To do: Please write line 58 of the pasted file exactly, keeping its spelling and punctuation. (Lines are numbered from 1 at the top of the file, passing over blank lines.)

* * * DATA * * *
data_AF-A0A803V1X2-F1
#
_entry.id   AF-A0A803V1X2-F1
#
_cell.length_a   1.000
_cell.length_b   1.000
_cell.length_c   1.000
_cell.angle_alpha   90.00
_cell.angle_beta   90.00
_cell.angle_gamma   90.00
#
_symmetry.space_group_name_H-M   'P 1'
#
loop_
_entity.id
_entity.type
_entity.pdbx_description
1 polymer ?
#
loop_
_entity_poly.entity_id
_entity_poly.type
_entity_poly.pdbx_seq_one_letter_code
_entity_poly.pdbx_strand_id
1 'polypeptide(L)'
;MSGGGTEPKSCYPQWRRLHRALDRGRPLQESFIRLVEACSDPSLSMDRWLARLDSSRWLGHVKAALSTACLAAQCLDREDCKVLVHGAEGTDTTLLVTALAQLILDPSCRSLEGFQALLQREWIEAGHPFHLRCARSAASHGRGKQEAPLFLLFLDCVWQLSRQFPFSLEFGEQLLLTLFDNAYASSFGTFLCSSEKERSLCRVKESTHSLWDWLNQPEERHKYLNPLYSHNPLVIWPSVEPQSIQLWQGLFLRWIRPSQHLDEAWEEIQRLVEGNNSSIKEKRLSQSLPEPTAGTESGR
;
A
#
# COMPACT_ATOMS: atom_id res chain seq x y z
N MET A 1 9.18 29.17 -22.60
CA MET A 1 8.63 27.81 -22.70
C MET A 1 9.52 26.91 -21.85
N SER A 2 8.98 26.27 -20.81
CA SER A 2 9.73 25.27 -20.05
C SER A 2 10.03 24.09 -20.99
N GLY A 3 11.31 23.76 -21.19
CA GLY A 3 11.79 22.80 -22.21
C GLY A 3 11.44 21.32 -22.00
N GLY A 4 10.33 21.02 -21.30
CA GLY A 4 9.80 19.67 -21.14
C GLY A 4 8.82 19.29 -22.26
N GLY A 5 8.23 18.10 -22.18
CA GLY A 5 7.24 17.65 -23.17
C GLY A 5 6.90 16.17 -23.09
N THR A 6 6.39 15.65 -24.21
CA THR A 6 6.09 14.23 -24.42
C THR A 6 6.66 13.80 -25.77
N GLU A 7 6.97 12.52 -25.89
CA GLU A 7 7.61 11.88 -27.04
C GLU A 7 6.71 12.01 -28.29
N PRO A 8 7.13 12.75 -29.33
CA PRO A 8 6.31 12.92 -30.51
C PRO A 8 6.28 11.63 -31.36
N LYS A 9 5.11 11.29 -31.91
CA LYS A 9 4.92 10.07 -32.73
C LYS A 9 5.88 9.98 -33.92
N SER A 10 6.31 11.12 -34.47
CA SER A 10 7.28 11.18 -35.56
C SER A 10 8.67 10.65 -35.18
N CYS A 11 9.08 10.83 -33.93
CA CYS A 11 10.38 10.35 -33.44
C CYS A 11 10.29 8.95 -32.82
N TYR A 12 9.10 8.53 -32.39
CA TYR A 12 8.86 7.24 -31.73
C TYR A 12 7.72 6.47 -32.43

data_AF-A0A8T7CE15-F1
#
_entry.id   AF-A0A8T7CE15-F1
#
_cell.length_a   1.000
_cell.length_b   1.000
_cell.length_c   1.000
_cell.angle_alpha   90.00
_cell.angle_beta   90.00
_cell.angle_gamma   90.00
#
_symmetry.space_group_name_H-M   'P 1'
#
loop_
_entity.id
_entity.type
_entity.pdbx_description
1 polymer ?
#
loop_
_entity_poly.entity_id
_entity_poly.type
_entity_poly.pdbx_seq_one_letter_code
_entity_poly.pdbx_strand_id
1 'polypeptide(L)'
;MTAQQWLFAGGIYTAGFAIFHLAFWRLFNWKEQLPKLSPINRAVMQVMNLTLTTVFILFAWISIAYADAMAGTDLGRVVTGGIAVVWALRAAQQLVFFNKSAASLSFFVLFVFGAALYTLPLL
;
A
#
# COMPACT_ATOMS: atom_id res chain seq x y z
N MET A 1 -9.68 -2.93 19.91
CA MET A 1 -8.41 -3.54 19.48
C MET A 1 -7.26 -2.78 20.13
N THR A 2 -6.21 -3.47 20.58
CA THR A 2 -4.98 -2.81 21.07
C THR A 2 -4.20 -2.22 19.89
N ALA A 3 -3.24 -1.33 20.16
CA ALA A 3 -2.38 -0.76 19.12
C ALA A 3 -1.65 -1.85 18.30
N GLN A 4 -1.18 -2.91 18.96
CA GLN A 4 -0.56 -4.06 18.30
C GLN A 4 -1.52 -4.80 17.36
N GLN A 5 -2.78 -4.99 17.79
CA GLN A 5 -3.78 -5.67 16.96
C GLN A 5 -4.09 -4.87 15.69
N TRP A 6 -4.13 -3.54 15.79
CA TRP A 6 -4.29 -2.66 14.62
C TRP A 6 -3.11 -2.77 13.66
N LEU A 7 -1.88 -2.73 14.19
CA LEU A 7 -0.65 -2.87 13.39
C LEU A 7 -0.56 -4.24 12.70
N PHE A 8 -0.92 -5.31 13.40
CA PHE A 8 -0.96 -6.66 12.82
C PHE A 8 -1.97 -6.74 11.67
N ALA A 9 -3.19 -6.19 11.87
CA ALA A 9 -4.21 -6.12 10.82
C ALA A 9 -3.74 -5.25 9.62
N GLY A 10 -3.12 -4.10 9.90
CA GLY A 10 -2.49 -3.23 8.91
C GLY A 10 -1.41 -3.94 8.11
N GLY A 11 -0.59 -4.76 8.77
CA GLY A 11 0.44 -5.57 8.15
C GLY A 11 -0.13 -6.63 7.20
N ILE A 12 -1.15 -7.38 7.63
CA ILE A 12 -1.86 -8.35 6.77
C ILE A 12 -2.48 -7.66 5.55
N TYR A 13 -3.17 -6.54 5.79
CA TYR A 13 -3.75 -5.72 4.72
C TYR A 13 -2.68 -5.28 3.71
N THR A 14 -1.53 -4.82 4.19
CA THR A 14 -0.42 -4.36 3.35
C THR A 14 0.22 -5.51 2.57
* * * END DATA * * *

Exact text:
N SER A 10 6.31 11.12 -34.47